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Author Topic: How does a stroke affect language recovery in Chinese speakers?  (Read 2280 times)

Paul Anderson

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Paul Anderson  asked the Naked Scientists:
Hi Chris and team,

About a month ago I was wondering if Chinese used a different part of their brain for reading their language than an English person. I seem to have found the answer:

Professor Anthony Kong from the University of Central Florida
"In Chinese there is a higher portion of right hemisphere activation, in terms of processing the language, and this contrasts with English or other Latin based languages in which most of the activations are on the left side of the brain."

He says brain imaging techniques show tonal languages, such as Chinese, make more use of the right side of the brain, whereas the processing for Latin based languages, such as English, tends to occur in the left side.

This means that most of the medical research on re-learning language after a stroke may not be relevant to Chinese speakers as it comes from investigations with English speakers.

It raises some more questions. Is it because Chinese is a tonal language or is it the ideographs? After all Thai is a tonal language but it is written left to right with letters. Thai has the interesting aspect that it's vowels can be surrounding the consonants, so I wonder if folk were to study stroke victims in Thailand trying to recover their language, what that would show?

I think it was King Rama IV of Thailand who said that the tones did not need to be indicated in the language because everyone knew the tones! I wish there had been a subsequent ruler who had suggested that not only the tones be indicated, but that words should be spaced out and not written together in one long sentence.

If the Chinese use the right hemisphere more, is it when they are speaking or reading? Does this imply that the way Europeans study Chinese needs rethinking? Can we consciously direct different parts of our brain to be activated? I suppose we try to dub down parts of our brain if we are trying to fool a lie detector.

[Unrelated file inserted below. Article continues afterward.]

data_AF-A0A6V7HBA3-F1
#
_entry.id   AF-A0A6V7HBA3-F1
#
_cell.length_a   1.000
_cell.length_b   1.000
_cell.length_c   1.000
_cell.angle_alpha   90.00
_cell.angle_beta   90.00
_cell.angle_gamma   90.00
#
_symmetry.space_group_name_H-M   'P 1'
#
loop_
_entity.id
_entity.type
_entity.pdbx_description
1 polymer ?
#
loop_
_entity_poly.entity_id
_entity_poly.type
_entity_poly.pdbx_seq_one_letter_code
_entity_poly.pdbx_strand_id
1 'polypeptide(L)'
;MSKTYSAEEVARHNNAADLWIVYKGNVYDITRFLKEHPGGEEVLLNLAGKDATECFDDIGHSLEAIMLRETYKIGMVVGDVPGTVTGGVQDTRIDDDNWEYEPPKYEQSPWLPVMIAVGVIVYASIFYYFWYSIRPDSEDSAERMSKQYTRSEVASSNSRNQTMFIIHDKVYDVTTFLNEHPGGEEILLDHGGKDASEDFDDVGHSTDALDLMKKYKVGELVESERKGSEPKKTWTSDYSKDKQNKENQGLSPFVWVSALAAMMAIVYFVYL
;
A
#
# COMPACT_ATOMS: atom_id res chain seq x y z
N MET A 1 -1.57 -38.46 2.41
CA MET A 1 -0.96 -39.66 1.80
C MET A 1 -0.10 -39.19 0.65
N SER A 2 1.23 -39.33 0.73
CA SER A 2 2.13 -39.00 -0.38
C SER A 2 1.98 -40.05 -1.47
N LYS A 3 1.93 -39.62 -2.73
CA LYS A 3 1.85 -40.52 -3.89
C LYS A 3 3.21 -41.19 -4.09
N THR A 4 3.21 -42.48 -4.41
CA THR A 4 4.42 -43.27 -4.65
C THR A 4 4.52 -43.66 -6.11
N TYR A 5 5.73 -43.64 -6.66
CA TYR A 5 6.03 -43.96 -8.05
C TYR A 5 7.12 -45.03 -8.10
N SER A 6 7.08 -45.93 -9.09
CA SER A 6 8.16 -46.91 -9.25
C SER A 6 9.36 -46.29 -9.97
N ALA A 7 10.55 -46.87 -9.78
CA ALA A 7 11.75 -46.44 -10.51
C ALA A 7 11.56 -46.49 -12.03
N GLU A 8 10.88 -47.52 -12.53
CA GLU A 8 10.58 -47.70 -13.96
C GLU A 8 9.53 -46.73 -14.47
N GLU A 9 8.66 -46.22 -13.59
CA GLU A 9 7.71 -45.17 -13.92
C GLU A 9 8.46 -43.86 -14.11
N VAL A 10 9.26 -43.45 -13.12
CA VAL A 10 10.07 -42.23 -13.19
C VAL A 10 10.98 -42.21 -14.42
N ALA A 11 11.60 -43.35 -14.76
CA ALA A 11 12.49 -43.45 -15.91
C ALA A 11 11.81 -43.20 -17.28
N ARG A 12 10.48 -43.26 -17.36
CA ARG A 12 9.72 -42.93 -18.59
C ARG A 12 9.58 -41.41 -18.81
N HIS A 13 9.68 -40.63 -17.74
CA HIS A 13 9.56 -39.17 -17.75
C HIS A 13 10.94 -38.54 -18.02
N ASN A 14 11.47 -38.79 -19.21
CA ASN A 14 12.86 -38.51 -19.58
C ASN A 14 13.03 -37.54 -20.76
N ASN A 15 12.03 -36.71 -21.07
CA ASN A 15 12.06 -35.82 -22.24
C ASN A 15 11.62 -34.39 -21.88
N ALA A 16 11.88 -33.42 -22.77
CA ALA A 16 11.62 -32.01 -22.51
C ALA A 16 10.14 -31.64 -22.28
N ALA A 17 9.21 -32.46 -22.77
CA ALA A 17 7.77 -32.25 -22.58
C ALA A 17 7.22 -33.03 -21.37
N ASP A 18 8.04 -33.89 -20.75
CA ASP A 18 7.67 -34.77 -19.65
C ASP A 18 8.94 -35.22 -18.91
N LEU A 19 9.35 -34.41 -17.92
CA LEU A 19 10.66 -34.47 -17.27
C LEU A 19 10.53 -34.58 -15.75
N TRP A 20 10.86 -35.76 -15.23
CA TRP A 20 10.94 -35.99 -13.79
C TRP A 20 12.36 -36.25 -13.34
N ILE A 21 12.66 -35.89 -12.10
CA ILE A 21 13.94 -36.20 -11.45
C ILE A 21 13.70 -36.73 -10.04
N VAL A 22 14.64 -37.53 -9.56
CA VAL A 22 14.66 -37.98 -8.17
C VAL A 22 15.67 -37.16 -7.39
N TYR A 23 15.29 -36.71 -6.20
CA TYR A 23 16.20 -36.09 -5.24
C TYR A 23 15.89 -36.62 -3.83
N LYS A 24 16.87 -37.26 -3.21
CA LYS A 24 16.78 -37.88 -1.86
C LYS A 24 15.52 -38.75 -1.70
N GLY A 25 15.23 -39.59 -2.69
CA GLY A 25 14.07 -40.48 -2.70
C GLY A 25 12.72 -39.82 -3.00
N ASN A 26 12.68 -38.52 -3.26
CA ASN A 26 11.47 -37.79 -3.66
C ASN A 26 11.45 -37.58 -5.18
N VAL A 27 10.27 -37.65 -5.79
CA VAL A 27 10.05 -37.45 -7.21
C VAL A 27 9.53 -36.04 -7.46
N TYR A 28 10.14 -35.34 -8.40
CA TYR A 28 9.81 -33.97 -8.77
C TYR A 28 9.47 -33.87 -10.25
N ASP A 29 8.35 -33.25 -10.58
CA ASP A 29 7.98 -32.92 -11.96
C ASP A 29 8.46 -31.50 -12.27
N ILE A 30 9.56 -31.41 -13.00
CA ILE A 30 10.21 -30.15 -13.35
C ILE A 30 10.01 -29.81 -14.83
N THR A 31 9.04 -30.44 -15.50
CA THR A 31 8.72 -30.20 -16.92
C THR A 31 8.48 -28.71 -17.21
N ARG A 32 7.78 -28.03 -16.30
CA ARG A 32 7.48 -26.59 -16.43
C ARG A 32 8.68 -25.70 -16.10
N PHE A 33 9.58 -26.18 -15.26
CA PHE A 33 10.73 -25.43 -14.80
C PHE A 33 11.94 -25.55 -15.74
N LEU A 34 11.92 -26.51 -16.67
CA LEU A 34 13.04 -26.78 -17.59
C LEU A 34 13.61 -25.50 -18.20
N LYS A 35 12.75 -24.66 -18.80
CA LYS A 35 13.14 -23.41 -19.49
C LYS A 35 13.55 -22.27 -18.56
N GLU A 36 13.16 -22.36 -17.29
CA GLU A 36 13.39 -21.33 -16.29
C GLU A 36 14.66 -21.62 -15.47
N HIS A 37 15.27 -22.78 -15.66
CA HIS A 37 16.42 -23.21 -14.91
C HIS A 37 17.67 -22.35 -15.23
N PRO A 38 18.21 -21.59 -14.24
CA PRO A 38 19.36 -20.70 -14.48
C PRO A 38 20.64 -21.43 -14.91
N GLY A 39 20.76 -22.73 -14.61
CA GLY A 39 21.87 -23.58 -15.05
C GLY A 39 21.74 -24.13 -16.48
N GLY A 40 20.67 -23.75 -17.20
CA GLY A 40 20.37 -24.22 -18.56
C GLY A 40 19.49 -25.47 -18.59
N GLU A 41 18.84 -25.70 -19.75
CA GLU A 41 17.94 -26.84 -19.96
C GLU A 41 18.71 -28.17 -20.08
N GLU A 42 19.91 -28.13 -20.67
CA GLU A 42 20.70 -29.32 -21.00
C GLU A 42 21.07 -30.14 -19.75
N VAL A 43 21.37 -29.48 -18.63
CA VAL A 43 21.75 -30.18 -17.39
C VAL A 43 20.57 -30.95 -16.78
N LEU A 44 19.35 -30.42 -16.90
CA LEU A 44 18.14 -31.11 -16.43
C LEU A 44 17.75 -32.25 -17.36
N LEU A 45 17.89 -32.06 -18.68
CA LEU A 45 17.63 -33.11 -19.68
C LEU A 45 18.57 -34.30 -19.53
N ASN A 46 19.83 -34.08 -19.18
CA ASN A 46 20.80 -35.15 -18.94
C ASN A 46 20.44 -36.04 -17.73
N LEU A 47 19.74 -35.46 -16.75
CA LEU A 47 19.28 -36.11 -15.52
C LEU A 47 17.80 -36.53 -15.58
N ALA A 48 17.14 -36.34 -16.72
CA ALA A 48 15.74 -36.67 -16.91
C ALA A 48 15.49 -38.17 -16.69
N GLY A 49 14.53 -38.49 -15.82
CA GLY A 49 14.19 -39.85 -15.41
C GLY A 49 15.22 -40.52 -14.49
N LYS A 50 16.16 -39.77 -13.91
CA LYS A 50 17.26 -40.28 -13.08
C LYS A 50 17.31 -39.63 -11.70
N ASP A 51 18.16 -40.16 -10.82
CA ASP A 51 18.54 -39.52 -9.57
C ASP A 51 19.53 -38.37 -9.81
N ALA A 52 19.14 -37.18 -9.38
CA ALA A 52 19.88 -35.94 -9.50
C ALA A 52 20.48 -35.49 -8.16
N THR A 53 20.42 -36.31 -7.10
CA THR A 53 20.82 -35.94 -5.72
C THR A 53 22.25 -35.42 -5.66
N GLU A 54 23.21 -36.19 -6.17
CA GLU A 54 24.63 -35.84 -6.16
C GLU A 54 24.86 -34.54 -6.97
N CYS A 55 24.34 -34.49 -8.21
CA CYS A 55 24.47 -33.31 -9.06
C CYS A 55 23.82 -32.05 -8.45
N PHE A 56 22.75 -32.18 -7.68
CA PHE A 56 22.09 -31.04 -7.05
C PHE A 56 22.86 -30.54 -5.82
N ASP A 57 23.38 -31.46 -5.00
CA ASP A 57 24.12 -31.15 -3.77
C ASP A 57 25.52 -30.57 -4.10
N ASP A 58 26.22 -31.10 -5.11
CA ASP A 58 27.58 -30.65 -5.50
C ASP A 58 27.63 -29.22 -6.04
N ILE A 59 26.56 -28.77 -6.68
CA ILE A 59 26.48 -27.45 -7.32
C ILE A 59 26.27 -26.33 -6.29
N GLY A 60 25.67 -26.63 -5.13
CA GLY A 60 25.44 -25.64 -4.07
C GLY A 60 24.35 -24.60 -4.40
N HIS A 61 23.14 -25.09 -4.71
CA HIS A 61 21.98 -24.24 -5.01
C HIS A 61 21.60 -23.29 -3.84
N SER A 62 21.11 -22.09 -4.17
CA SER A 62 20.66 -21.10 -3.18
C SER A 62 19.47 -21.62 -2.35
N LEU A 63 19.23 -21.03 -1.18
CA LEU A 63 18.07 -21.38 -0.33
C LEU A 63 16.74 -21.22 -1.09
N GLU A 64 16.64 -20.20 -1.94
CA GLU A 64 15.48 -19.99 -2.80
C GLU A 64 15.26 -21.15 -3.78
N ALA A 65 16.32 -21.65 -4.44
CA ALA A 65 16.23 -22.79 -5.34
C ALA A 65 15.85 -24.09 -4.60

If a text is written in both Japanese (involving hiragana, katakana, and kanji [Chinese characters]) and Korean (just hangul, no hanja [Chinese characters]), and a native speaker of each is told to read their text, if they are brain scanned at the same time, would we find that the Korean uses the same part of the brain throughout, whereas the Japanese would be swapping parts of the brain as he encountered kanji?

Also, as hangul is written in syllables, it would be interesting to contrast a Korean reading text with a European reading purely from left to right, without having to read bits at the bottom of a syllable indicating a -ng or -k, or whatever. I suppose in that respect it is not different from reading Hebrew or Arabic where the vowels have been indicated with diacritics.

I assume that reading left to right or right to left alphabets will require the same brain activity.

I am interested in any comment on my idle thoughts.


What do you think?
« Last Edit: 21/12/2009 18:30:04 by _system »


Offline yor_on

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Very interesting, what it seems to say is then that we genetically have different areas of 'specialization' in our brains. But isn't there other research showing that when certain centers gets destroyed other centers can take over after training, delivering the same ability. And that our brain will have the ability to create new braincells with learning too (primarily the cortex I think)
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